As the use of online shopping has skyrocketed, so have consumers’ expectations for quick and accurate deliveries. This has led to a pace of activity in warehouses that is incredibly demanding on workers.
Assistance from robots could help ease the workflow and optimize output, but it’s been a challenge to integrate them into these types of workspaces. In assembly lines, robots perform the same tasks repetitively. But in warehouses, robots need to grasp and move objects of varying shapes and sizes, requiring them to make many adjustments. If their movements are jerky, it can damage the object, as well as lead to wear and tear on the robot.
But a solution may be at hand. A research team led by Ken Goldberg, professor of industrial engineering and operations research and of electrical engineering and computer sciences, has developed artificial intelligence software that allows robotic arms to quickly grasp and move objects in a smooth and steady motion.
Previously, Goldberg and postdoctoral researcher Jeffrey Ichnowski had created a grasp-optimized motion planner that computed the most efficient way for robots to handle and move objects, but when they modified the software to smooth out the motions, it significantly slowed everything down, making the system impractical.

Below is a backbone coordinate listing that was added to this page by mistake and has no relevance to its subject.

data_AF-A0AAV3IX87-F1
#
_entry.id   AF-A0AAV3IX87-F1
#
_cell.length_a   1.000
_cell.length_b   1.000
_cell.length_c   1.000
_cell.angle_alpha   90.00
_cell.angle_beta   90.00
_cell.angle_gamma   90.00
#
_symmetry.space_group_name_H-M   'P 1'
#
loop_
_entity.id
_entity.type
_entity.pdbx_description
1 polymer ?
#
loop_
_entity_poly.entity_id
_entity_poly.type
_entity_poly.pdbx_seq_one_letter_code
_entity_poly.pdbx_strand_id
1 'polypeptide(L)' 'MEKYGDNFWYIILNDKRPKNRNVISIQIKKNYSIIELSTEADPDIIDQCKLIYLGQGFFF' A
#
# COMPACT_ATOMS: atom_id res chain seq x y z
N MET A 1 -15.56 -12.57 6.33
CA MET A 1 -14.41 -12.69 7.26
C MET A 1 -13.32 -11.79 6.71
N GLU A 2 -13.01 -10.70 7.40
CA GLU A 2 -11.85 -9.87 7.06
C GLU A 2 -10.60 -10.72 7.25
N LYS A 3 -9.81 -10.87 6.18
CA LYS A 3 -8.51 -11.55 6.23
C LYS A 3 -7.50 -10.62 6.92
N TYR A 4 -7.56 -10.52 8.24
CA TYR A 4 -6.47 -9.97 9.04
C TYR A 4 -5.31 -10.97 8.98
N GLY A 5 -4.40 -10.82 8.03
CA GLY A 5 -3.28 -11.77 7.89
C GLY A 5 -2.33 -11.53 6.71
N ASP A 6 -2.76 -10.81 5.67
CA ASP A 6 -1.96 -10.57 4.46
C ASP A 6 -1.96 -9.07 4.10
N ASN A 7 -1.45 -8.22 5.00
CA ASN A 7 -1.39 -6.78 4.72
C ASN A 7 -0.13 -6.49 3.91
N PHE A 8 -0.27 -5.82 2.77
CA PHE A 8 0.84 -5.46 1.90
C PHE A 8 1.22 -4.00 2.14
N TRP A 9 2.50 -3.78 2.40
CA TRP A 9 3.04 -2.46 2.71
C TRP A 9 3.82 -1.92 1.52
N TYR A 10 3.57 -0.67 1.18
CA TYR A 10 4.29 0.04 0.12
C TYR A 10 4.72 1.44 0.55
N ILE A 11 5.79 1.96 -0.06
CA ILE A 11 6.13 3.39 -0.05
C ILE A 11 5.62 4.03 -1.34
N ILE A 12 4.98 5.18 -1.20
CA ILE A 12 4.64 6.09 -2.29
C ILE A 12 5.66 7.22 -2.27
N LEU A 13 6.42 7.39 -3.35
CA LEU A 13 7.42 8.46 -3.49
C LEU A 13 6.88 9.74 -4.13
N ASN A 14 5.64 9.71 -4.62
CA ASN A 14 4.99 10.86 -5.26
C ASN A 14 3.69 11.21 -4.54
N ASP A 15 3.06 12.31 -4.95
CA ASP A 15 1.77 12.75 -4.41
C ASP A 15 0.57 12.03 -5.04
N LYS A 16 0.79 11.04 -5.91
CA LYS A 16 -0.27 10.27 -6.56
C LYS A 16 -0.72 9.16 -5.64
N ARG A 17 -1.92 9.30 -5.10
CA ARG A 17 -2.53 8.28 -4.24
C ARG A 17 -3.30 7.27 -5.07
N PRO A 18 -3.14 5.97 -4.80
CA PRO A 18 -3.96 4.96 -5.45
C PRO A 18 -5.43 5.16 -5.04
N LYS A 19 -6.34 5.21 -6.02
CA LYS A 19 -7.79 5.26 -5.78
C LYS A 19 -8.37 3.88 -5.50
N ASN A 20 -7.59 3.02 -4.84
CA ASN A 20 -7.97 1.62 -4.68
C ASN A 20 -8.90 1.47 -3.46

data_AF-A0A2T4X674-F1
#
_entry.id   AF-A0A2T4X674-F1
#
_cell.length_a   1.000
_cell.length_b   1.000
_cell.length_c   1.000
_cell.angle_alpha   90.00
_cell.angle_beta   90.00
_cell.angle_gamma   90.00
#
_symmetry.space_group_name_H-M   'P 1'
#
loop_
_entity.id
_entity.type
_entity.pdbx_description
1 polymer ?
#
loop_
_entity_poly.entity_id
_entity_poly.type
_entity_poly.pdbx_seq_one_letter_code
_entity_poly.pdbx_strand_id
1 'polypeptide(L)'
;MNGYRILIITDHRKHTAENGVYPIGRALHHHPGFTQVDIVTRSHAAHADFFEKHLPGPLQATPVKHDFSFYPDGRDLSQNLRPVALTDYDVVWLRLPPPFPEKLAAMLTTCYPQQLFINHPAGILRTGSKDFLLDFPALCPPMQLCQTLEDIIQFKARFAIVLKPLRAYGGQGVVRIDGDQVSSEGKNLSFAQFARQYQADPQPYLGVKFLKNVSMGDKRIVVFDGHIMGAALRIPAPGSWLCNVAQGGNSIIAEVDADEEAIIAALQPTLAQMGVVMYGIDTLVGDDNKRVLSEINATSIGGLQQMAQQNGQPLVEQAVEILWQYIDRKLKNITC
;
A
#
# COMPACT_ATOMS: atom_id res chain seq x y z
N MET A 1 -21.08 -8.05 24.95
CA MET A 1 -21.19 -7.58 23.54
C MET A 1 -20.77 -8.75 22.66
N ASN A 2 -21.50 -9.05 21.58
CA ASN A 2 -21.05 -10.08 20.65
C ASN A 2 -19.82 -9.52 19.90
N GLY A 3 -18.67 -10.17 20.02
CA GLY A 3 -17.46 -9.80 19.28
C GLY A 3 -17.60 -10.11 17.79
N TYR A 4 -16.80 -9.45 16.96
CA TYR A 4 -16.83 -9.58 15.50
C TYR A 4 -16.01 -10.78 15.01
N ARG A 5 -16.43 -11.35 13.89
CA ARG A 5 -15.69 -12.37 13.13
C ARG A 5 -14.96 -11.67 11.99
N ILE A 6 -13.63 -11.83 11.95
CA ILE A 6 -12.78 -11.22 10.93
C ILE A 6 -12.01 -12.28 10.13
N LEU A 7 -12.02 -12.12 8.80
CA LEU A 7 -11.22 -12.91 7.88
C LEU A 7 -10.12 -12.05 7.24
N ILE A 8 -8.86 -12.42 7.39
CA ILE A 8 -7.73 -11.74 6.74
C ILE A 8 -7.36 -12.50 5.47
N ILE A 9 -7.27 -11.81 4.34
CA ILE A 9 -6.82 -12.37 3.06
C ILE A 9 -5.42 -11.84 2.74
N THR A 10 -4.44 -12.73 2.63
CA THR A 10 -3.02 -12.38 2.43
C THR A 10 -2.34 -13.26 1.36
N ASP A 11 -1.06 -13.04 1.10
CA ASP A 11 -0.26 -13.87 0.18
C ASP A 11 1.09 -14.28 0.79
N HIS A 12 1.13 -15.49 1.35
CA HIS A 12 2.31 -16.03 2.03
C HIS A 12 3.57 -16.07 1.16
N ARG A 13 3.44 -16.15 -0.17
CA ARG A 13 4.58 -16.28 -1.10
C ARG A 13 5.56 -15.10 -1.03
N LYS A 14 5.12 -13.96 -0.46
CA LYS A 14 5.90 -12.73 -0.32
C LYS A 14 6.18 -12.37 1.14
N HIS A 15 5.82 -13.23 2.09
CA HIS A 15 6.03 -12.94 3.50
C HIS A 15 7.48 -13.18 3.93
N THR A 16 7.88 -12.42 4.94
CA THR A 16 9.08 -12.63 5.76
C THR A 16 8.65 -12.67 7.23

To address this challenge, the research team — including graduate student Yahav Avigal and undergraduate student Vishal Satish — combined a deep learning network with the motion planner. After sampling thousands of motions that a robot would likely make, they used them to train the deep learning network, which then proposed trajectories of varying lengths and selected the optimal one. The motion planner used that information to identify the best starting point for planning the smoothest trajectory to use. This integration proved to be key, allowing the team to cut the average computation time from 29 seconds to 80 milliseconds, or less than one-tenth of a second.
The researchers hope to expand this work to other robotic tasks in complex environments, as well as test new approaches to further speed up the deep learning process.
Learn more: Deep learning can accelerate grasp-optimized motion planning (Science Robotics)